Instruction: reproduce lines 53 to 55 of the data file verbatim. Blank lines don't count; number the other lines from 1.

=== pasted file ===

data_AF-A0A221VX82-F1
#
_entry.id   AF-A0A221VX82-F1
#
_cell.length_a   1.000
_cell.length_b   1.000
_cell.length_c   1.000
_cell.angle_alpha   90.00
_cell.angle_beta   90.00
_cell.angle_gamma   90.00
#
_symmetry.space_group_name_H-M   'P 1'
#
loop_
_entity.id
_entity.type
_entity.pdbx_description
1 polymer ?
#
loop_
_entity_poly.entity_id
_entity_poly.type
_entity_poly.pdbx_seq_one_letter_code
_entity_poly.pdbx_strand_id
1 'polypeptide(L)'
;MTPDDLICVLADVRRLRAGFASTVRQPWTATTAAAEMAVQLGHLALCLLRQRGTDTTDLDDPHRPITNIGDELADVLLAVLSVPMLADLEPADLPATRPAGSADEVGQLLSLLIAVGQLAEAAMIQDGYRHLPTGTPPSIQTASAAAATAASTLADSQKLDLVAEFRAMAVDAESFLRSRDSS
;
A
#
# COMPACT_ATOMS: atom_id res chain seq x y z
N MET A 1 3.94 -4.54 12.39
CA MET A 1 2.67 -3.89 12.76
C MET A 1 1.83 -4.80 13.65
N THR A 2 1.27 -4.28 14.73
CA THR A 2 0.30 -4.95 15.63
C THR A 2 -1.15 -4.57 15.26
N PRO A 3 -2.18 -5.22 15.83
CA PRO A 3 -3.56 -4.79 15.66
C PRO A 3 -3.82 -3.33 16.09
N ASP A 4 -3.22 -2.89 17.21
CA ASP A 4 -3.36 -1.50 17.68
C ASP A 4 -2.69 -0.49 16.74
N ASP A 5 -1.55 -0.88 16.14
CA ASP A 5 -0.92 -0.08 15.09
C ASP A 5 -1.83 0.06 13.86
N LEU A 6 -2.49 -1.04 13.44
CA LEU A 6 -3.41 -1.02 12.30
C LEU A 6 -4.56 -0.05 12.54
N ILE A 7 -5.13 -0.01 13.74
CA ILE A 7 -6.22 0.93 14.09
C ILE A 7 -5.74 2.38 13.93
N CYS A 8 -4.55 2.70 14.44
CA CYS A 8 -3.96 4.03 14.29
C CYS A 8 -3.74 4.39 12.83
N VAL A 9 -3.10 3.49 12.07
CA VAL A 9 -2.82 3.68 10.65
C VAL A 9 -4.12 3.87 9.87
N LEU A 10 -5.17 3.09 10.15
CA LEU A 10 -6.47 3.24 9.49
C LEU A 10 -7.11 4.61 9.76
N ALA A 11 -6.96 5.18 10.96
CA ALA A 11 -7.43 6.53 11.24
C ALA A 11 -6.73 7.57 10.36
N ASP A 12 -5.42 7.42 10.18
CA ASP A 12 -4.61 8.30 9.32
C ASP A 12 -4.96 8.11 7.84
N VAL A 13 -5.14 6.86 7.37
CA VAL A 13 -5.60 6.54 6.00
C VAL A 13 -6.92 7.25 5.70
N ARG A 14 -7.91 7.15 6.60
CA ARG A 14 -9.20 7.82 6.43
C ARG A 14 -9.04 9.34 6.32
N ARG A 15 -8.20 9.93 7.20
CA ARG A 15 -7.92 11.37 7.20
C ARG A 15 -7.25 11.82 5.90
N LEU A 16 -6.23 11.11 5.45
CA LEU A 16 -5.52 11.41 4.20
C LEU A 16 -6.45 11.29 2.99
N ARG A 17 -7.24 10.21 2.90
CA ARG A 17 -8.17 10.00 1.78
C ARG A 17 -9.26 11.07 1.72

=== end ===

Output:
CA CYS A 8 -3.96 4.03 14.29
C CYS A 8 -3.74 4.39 12.83
N VAL A 9 -3.10 3.49 12.07